Navigating around an environment is the core problem in mobile robotics. In the early days of Willow Garage and the creation of the Robot Operating System (aka ROS), navigation was central to advancing ROS from just another robotics middleware to the de facto standard for building complex applications.
- Flexible Input/Output - While the PR2 was the featured use case of ROS Navigation, the fact that the same code could be run on multiple platforms with vastly different capabilities lead to dozens of robot platforms adapting the code. You could easily swap out the input sensors as the hardware dictated. Sonar could replace the laser scanner. When the Kinect came out, those could easily be fed into the navigation algorithm. Likewise, as long as your robot’s drivers could take a standard command, the output of the navigation could be adapted for multiple platforms.
- Extensible Algorithms - The original navigation system shipped with some basic planners which worked in many cases, but not all. If you wanted to customize the behavior, you simply needed to write a new planner that adapted a standard C++ interface, and it could be plugged into the rest of the system.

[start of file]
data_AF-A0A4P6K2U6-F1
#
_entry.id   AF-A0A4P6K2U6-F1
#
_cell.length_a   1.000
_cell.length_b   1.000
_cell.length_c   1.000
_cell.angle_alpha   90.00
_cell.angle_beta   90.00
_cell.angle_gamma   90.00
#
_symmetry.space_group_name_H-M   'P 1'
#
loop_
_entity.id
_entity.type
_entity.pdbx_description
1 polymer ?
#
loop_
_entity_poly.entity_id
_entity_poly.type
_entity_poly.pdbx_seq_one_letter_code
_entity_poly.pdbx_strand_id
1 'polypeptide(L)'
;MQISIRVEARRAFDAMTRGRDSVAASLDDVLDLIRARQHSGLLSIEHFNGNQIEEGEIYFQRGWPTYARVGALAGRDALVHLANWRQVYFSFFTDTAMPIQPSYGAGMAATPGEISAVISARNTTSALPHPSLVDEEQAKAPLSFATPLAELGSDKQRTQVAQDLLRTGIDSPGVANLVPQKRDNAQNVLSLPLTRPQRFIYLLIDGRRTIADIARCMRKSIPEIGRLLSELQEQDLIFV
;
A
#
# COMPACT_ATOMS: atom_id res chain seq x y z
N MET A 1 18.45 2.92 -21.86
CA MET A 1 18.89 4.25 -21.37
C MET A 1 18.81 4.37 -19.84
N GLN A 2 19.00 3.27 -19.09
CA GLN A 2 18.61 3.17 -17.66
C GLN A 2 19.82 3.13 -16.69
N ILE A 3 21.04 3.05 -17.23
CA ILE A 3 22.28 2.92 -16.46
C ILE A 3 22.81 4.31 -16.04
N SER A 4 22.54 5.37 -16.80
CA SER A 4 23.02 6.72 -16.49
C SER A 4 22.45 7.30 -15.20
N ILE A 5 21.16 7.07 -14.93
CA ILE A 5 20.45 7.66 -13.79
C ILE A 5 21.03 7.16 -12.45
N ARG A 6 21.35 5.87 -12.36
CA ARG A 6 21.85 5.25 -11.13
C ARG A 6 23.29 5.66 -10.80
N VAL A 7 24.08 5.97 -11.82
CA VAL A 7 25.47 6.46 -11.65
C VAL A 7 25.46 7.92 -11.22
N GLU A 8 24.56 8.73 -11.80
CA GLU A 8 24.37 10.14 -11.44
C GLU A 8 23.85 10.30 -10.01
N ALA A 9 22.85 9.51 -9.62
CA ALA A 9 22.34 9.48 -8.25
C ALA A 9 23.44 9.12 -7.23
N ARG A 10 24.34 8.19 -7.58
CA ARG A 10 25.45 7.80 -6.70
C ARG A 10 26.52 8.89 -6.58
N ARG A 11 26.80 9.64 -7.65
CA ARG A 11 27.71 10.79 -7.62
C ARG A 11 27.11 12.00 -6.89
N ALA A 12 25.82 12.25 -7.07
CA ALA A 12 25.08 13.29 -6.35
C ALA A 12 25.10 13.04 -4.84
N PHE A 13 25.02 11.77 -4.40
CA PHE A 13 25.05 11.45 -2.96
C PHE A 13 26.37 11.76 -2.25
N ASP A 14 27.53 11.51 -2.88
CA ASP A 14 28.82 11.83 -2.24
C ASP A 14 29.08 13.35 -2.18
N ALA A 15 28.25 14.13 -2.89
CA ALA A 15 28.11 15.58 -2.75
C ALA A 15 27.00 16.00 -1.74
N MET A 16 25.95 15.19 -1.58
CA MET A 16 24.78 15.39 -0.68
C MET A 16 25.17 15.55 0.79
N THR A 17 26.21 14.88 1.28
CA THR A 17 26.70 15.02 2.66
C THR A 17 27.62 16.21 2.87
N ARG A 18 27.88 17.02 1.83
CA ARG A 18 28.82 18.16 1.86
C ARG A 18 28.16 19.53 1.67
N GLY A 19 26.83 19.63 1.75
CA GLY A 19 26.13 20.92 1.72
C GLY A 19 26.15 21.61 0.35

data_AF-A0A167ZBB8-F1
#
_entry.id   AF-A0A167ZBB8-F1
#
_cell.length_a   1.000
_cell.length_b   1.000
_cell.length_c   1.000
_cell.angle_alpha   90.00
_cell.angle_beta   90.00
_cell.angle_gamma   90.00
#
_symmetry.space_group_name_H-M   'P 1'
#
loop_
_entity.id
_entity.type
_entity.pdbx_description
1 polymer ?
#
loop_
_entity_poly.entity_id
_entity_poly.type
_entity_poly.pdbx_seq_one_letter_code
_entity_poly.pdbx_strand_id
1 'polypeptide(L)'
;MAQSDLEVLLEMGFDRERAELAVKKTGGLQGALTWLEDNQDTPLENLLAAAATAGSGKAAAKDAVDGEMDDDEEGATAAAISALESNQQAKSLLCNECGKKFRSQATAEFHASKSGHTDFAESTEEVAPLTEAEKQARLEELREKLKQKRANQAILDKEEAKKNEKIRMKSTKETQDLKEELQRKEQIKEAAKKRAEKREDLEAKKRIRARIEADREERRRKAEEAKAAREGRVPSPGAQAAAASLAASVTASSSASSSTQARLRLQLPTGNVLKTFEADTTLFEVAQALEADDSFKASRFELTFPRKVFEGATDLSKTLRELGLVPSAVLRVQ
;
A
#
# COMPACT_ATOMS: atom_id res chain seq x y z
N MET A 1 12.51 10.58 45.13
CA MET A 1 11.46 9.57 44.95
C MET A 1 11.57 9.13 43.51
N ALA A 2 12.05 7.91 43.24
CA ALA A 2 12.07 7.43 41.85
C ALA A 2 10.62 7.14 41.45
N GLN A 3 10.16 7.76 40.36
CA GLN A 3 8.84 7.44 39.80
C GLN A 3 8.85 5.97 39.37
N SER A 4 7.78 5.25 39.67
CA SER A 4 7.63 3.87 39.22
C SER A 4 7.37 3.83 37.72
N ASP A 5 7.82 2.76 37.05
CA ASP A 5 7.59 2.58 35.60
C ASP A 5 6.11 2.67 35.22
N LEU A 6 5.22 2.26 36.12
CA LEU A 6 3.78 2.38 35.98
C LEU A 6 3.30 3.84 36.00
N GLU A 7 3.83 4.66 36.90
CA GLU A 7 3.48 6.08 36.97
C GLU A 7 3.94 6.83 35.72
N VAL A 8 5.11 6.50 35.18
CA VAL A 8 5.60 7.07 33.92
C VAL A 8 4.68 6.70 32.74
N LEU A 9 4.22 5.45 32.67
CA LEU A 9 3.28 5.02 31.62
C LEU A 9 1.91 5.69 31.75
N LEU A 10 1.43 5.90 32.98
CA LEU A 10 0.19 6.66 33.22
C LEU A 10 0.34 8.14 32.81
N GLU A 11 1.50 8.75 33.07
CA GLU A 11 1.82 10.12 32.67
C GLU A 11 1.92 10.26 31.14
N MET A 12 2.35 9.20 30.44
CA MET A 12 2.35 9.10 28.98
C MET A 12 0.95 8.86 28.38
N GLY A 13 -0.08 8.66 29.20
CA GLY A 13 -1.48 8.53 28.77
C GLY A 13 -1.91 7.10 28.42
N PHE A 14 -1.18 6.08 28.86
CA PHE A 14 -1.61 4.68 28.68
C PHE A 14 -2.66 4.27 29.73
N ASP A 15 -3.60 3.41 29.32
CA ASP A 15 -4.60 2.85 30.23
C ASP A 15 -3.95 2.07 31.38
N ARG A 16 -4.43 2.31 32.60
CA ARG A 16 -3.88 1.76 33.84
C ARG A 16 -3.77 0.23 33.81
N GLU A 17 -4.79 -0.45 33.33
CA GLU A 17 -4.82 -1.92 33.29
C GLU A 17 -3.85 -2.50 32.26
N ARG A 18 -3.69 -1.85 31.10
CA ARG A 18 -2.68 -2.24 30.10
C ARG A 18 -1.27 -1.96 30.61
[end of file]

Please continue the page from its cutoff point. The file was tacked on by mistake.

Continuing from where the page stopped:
- Open Source - Releasing the code open source means that innovation continues outside of private clients and gives back to the robot community. PickNik works with our clients to determine how much of the work we’re performing will be kept private or open. This enables the ROS and MoveIt platforms to maintain their value and prevent future vendor lock-in.
“Consider it one small step or a roll, actually for a robot, one not giant, but significant step for robotics.” John Markoff, NYTimes
Top Open Source Navigation Packages:
- ROS 1 Navigation Stack (Originating from Willow Garage)
- ROS 2 Nav (Originating from Intel)
What’s included in a typical navigation software?
- Global Planner
- Simultaneous Localization and Mapping (SLAM)
- Local Planner
Types of Robot Mobility Hardware